From the Publisher: Saint Evelyn Waugh

There was a phrase in the thirties: ‘It is later than you think,’ which was designed to cause uneasiness. It was never later than Mr. Pinfold thought.” Evelyn Waugh’s fictional author might well have felt uneasy at the thought of becoming the late Gilbert Pinfold and thus prey to a biographer’s attention.


My now sizeable collection of literary biography began with the purchase of a remaindered copy of Mark Schorer’s jumbo volume on Sinclair Lewis. Schorer had battened off foundations for a decade while he wrote this biography: it is a bitter, envious book which gleefully describes the tragic trajectory of Lewis’s life. Why did Mark Schorer, sustained by grants and fellowships and other largess, dance with glee on the grave of a writer who had risen from Prairie obscurity to Nobel laureate? Because Lewis was insufficiently leftist in his politics. Schorer actually compares Lewis with deservedly forgotten ideologues on the New Masses and finds him wanting. Lewis’s life may have been tragic, but not in any way Schorer could understand.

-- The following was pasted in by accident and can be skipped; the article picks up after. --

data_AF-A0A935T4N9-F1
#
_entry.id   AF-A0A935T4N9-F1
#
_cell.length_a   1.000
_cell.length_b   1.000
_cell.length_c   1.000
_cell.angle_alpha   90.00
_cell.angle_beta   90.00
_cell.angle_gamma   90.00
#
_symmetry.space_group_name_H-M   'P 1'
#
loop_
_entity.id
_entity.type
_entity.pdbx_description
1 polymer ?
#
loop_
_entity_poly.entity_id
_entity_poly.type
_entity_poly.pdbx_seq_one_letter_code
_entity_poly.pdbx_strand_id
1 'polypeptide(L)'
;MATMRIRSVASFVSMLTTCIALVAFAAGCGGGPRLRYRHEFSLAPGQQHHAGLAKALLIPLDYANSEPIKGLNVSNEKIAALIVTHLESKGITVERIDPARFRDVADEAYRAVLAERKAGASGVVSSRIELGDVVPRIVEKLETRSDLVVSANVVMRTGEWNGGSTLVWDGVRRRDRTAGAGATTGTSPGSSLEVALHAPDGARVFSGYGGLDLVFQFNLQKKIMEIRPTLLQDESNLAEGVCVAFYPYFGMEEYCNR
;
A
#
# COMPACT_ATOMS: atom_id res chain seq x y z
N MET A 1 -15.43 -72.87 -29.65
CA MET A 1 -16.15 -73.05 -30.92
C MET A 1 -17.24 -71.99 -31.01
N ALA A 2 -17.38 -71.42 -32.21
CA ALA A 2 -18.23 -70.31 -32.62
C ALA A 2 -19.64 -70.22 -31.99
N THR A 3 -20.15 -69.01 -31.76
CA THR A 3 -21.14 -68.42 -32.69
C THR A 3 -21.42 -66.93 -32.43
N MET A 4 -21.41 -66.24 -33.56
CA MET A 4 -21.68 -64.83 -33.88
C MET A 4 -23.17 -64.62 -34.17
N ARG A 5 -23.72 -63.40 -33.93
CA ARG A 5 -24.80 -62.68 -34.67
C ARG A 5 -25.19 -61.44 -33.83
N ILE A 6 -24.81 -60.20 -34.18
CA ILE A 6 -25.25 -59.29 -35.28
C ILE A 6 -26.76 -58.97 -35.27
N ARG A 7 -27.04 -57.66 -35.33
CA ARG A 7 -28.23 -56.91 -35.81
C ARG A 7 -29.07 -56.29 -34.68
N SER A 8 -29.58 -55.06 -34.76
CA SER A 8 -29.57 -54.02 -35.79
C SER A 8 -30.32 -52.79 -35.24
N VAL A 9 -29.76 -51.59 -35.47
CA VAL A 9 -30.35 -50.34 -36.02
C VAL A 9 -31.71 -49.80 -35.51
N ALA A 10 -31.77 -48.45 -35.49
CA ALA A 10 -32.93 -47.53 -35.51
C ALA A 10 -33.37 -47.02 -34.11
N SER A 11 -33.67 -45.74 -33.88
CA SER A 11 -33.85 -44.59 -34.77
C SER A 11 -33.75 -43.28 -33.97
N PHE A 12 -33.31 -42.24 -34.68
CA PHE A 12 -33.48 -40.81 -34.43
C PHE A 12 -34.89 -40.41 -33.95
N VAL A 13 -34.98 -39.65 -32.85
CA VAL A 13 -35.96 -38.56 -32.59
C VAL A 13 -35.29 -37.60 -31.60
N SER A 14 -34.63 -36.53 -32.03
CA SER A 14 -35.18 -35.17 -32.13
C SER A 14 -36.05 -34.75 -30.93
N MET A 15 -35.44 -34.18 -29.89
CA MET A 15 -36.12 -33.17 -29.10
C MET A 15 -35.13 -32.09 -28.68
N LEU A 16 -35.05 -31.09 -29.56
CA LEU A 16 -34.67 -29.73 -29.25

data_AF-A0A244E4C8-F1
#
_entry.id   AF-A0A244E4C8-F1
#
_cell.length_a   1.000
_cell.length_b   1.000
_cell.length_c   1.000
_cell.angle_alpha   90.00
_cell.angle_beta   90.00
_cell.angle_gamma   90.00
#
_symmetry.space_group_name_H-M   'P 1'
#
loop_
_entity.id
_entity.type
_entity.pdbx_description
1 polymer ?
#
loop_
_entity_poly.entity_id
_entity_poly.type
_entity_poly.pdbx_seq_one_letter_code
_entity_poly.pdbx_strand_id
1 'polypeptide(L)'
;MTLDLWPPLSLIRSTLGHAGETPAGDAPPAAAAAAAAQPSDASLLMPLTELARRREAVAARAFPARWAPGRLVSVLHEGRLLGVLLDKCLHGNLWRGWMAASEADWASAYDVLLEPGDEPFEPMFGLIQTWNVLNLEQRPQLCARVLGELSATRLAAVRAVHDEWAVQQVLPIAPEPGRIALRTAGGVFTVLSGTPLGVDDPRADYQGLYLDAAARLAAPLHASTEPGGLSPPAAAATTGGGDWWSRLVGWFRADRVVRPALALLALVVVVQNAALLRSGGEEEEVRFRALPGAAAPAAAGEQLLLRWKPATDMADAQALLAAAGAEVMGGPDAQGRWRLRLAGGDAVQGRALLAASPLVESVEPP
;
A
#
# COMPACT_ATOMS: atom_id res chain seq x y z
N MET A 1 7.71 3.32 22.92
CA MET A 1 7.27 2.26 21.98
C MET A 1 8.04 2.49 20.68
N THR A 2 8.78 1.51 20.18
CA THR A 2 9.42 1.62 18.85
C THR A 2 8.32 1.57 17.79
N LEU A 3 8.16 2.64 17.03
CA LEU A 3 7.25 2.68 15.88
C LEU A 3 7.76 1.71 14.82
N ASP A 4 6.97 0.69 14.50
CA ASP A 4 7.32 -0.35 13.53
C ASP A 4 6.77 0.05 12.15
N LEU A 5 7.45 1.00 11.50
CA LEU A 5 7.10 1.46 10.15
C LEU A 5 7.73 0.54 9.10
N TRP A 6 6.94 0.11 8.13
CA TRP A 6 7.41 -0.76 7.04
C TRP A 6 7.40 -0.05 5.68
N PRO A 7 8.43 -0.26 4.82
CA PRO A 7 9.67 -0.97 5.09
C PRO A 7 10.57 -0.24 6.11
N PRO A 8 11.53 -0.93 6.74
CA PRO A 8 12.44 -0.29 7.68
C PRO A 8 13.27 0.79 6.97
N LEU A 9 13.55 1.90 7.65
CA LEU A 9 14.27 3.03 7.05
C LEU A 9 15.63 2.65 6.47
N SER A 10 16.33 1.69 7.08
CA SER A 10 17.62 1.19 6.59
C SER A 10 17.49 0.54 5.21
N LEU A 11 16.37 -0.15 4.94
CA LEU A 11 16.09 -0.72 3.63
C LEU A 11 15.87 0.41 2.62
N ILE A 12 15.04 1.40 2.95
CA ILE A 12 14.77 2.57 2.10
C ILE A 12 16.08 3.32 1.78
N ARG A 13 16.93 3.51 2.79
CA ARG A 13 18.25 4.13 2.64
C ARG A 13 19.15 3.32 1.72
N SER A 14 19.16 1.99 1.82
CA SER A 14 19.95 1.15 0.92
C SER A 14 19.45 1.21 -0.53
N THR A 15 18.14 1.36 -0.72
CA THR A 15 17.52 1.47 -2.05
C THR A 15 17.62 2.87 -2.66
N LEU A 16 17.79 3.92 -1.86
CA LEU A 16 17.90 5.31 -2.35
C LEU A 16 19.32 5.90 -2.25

In its size, in its Day of Judgment omniscience, in the inadequacy of its standards of appraisal, Schorer’s life of Lewis was a portent of what was to happen in literary biography. The biographer has become an avenging angel—not a good angel, rather the kind we meet in the Inferno. One would like to imagine that a biographer is drawn to a writer out of love and admiration for his books in the hope that the story of the writer’s life might further enhance our enjoyment of his art. Au contraire. The motive of many literary biographers seems to be to punish the writer for literary accomplishment and/or financial success by depicting him or her as a neurotic freak you wouldn’t dare enter an elevator with.

I exaggerate of course. There are noble exceptions, such as Super’s and Hall’s recent books on Trollope and anything by Matthew Broccoli. But the trend is a leveling one, the desire to put down the artist and negate his achievements by elaborating real or alleged personal foibles and flaws or, when all else fails, pointing to politically incorrect tendencies.